As the church politics swirl around this and other sites, I am not the only person who finds the parallels to academe very striking, not least in the viciousness of the battles. Of course, our modern conception of a university arose from something on the monastic model, and there's a reason our academic gowns have such similarities to clerical robes and vestments.
It's trendy to see universities as hotbeds of liberalism, and while that may be true in some faculties of the humanities, it is too facile to apply that across the community. In the sciences, law and business schools, there are a lot of quite conservative faculty and in the boards of trustees and upper administration, more than a few of Republican bent. The media stories of "attacks" on conservative students are actually very uncommon examples, and outside of a few highly politicized disciplines and issues, the ideological beliefs of the faculty are largely irrelevant to their colleagues or their careers.
Indeed, one hallmark of the university is the presence of all those ideas, and not surprisingly, a lot of squabbling. The ideal of the university as a marketplace of ideas that are forged and refined in an atmosphere of open debate is, in real life, pretty solid. We don't restrict admission or faculty recruitment to a single viewpoint. Students are generally free to challenge and the vast majority of faculty will focus on the quality of the argument rather than its content. The only absolute requirements are a respect for the facts, and a willingness to listen. That's been my experience in the many academic institutions where I have spent my career (I am a professor of science).
Indeed, it's the conservative schools that are far more likely to insist on a uniform ideological viewpoint. This has become clear to me lately as my stepson (The Boy) applies to university and to our surprise, he and several friends were interested in "Christian" schools. Now, I grew up Catholic (as has The Boy) and I know more than a few who have gone to Catholic universities, which are often the bane of the conservative hierarchy and largely support a vigorous spirit of intellectual inquiry.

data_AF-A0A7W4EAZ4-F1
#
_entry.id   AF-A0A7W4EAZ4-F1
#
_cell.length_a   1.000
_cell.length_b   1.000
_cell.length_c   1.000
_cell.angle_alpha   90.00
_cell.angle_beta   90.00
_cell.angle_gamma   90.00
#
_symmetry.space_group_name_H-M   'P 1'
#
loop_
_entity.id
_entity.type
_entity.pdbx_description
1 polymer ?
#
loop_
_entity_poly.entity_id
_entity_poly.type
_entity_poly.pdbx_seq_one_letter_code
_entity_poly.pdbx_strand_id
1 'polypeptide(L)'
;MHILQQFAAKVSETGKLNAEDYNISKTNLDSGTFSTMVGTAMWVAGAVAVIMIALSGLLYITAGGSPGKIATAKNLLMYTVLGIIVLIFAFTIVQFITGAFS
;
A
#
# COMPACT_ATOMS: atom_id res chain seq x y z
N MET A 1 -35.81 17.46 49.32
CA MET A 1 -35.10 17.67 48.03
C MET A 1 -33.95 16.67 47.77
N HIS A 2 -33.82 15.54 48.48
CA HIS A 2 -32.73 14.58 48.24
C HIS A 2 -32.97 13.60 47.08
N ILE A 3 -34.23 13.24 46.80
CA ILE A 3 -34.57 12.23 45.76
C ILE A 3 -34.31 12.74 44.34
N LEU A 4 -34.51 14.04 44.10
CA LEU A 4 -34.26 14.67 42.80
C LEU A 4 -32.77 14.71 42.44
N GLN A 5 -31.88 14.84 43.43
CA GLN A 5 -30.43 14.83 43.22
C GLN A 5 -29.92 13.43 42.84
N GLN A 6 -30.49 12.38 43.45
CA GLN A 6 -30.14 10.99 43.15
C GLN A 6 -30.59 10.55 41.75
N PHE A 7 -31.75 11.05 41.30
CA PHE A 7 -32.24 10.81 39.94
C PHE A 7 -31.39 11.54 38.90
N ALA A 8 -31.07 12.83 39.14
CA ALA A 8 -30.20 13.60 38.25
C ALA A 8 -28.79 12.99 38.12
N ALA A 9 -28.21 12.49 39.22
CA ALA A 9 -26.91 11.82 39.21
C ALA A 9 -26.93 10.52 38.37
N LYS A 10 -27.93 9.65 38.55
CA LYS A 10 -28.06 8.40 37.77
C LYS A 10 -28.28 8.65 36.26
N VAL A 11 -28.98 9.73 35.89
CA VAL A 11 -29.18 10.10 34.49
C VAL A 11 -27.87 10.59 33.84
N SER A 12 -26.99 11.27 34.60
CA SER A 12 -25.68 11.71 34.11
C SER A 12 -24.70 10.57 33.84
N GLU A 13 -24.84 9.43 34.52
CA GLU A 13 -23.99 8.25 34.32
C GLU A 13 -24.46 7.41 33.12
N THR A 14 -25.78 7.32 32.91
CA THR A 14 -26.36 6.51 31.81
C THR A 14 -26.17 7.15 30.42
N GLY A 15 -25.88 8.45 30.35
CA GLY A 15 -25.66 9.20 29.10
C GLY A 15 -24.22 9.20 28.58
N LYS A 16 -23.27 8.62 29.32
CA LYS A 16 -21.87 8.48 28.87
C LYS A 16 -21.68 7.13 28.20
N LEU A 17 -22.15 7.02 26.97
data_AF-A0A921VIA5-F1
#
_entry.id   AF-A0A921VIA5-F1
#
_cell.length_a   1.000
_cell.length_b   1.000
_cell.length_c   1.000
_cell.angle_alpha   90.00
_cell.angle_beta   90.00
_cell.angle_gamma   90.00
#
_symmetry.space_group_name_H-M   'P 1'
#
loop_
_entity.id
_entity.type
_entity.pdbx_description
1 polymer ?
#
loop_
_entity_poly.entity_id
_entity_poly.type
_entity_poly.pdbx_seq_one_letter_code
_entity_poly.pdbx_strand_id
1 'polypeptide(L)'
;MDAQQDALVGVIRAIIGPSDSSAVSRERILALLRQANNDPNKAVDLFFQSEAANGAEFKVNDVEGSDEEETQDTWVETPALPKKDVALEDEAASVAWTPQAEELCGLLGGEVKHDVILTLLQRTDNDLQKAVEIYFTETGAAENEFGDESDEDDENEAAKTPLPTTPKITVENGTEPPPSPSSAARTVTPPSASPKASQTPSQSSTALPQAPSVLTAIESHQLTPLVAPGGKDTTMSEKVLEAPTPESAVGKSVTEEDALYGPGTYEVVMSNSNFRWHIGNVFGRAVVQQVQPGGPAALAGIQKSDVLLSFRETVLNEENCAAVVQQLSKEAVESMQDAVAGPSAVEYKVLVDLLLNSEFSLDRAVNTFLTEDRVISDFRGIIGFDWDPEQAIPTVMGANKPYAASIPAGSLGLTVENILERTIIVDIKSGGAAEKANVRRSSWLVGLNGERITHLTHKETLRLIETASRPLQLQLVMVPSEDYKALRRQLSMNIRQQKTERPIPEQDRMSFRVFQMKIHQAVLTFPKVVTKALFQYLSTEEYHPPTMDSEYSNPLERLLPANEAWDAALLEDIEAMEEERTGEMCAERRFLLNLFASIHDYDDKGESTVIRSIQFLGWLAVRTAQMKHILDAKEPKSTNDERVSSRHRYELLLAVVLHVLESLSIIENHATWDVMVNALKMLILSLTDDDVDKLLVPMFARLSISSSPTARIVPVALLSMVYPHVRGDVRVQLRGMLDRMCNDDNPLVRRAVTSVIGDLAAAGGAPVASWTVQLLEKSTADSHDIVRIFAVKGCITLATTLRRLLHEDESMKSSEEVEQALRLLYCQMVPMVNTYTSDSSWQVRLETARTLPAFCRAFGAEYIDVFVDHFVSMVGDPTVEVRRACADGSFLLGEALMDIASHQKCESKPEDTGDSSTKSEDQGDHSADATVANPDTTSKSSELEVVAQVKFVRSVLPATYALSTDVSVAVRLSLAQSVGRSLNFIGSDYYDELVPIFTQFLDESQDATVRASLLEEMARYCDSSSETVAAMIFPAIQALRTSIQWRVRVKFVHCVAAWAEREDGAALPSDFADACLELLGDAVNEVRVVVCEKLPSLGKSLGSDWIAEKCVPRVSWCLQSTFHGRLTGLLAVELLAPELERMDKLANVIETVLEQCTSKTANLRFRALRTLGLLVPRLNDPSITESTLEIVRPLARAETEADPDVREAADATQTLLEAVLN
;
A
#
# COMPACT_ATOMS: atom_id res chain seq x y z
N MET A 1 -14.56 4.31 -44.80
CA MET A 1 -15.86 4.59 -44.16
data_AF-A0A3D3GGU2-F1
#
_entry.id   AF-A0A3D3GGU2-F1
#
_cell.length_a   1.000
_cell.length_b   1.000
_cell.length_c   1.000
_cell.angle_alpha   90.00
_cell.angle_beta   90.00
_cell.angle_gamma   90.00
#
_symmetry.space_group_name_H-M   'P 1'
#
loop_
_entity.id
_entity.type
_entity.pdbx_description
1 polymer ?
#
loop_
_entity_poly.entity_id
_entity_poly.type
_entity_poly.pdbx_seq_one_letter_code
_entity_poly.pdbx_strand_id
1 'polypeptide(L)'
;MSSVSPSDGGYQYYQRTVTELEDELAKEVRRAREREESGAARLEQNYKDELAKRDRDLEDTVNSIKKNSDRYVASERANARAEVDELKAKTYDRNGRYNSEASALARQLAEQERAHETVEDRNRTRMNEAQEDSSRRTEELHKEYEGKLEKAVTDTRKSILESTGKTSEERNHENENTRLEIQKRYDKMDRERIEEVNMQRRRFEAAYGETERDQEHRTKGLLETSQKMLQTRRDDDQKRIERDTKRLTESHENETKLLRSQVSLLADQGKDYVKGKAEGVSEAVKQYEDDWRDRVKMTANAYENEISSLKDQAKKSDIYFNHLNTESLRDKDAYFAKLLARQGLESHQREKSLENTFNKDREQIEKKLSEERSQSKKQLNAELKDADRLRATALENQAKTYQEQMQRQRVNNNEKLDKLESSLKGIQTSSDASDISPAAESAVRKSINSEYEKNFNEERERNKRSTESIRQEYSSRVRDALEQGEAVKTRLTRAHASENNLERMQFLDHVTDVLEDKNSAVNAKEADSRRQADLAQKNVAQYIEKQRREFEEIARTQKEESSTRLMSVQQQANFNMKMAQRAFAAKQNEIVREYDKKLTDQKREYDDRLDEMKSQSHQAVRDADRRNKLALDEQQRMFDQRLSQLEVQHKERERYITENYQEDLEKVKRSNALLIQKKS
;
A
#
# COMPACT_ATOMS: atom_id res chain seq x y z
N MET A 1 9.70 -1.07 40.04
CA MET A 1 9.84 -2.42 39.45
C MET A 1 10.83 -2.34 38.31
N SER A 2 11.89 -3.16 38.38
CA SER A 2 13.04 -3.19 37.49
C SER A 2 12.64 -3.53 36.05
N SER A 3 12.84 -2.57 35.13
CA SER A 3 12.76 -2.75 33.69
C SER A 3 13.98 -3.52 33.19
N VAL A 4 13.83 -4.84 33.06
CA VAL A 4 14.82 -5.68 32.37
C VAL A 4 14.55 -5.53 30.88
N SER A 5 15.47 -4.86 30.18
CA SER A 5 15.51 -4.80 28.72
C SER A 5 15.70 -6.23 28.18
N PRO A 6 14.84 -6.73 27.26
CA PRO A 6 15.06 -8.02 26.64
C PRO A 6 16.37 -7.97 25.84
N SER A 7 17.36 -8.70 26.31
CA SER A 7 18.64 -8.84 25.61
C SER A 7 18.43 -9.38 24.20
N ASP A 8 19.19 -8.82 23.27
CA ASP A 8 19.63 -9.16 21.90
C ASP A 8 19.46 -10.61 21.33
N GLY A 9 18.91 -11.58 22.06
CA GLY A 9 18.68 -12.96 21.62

But such inquiry does not exist at the colleges The Boy's friends have looked at. At least one school explicitly requires the faculty accept an evangelical view of Christianity which is a requirement they consider more important than a doctorate in the field, and further requires that the instructors incorporate "Christianity" into every class, be it philosophy or physics. This same school considers homosexuality the same as incest or pedophilia, and will expel a gay student who so much as holds hands, or states his/her desire for a romantic relationship with, a person of the same sex. It's not even having sex, simply the desire for a relationship, that will do it. (This is in their student handbook).
Students there will not meet faculty or other students who are atheist, agnostic, Jewish, Muslim, or other faiths, let alone from any liberal Christian traditions, thus eliminating well over half the population. They won't meet GLBT faculty or students either.
Why would students want to go there ? We find that the boys are largely interested because they have a better chance of playing college sports; they think the people are nice and the rules aren't really enforced (dream again, lads!). The girls, because their parents want them to be protected against liberal values (I think it is a total fear of female sexuality). Still, if their values cannot survive the give and take of an actual university, it seems to me those values are pretty weak to begin with. We remain vehemently opposed to The Boy attending a school that is so narrow in outlook and so counter to everything we are.
Meanwhile, to my mind, these are not universities, not the marketplace of ideas, but cloisters. Indeed, there is no willingness to engage other viewpoints, only a desire to bar the doors and keep them out. So we see in the battle between conservative and liberals in the churches as well. The liberals are preaching inclusion, and trying to bring even those of violently opposite viewpoints to a table together, under a common roof for discussion and yes, argument. The conservatives are vehemently opposed to this and promote a purity code that will exclude those that disagree or challenge their ideas. They impose a self-segregation to ensure they are not contaminated by The Other, and retreat into the cloister.
And just as with the university or the broader society, the separation of a class of people from the whole diminishes everyone and destroys the fabric of our culture. If there is no unifying "we" there remains only "our side" and "the other". And who cares about "them"?